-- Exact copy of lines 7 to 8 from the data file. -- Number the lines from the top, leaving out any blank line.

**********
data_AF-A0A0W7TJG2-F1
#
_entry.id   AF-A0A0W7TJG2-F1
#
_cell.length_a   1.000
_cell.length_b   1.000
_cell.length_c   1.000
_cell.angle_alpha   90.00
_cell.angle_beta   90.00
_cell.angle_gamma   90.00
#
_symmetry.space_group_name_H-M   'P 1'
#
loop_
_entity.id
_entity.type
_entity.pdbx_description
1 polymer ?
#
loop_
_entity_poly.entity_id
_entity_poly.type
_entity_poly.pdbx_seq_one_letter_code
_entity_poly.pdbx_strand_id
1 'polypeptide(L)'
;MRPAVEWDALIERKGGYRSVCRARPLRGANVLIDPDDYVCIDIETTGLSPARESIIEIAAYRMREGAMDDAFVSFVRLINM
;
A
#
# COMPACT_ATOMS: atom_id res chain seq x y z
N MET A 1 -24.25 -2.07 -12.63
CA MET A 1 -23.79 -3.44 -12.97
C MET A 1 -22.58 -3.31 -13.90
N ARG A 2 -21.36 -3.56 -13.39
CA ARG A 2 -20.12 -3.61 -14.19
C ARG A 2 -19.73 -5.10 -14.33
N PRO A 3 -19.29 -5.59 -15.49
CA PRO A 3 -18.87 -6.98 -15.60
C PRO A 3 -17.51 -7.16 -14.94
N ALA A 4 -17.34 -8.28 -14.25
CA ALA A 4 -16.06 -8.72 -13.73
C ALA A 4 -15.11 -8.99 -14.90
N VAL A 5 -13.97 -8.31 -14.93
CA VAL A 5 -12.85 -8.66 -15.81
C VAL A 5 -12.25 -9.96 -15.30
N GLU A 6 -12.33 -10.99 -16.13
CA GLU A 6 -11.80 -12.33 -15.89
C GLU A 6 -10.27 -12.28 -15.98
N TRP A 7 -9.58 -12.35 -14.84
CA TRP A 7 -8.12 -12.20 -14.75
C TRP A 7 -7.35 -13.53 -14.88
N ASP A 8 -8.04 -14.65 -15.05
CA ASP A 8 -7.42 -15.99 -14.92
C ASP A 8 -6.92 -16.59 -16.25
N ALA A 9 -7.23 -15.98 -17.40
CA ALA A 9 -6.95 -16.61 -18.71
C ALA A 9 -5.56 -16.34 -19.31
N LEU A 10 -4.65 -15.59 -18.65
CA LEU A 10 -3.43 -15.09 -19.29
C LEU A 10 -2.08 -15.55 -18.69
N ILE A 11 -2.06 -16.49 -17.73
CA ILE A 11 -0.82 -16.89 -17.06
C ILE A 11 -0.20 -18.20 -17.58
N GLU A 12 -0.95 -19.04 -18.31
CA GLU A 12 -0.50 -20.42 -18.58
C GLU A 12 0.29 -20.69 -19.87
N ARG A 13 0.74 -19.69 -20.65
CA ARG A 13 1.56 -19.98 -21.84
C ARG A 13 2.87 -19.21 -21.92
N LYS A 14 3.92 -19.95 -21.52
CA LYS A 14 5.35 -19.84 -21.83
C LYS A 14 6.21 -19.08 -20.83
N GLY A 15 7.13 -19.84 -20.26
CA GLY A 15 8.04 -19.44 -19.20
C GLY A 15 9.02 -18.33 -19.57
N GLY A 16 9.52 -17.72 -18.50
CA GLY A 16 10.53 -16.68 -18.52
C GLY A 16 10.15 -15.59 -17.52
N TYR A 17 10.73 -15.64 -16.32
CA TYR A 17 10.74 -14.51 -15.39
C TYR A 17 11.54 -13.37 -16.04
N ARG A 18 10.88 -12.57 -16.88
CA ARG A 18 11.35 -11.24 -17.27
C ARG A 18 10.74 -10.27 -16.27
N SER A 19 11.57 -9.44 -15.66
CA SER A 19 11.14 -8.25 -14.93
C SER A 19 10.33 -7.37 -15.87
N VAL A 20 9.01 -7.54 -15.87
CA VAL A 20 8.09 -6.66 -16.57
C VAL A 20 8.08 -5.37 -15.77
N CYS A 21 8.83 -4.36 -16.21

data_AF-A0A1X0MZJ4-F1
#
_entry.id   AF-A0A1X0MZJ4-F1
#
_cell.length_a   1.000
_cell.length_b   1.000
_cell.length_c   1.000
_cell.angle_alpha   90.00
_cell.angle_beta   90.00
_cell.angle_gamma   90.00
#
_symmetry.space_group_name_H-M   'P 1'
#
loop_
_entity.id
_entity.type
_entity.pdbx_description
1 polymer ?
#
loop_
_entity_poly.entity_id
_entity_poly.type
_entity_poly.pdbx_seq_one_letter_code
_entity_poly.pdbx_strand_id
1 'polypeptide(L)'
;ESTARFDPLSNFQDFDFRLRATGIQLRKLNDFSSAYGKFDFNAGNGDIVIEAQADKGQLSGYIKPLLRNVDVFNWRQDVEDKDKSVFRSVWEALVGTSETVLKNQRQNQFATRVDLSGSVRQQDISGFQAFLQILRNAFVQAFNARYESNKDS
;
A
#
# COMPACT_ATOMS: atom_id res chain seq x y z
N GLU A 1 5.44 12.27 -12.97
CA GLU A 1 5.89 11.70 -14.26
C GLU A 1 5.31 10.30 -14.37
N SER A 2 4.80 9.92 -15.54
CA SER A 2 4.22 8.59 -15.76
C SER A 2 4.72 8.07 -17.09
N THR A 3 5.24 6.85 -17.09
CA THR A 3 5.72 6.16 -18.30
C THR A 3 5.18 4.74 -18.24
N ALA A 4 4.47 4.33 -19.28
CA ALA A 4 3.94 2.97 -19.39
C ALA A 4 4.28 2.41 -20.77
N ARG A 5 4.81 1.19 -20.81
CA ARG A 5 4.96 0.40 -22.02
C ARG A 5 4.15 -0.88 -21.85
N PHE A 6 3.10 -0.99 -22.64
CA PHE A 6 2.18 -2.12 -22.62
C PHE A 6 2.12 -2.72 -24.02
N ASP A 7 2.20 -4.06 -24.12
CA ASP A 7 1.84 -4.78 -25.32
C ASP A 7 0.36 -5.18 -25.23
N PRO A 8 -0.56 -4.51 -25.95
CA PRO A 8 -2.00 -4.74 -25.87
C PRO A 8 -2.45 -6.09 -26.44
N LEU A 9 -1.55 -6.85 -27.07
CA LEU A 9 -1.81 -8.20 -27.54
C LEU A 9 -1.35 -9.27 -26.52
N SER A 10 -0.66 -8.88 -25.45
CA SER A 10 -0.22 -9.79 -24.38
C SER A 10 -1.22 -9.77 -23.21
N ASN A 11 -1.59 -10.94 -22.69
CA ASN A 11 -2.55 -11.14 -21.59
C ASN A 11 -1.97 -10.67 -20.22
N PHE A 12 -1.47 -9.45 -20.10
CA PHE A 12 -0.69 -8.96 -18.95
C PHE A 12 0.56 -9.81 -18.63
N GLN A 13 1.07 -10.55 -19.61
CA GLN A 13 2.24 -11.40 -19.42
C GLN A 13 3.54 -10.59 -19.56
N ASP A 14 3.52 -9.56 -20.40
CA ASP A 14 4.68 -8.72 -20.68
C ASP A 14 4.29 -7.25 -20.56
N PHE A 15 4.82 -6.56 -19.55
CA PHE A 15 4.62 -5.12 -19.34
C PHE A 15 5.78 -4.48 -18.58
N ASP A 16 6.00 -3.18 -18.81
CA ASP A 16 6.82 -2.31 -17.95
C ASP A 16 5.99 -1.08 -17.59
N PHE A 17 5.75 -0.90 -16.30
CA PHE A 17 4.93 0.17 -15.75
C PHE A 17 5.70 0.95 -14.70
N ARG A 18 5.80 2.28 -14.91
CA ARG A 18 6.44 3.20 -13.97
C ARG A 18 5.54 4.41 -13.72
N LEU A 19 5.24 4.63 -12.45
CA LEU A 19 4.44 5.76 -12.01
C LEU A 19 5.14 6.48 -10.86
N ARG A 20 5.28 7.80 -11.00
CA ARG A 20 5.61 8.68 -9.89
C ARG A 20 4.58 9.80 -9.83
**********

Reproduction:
_cell.length_c   1.000
_cell.angle_alpha   90.00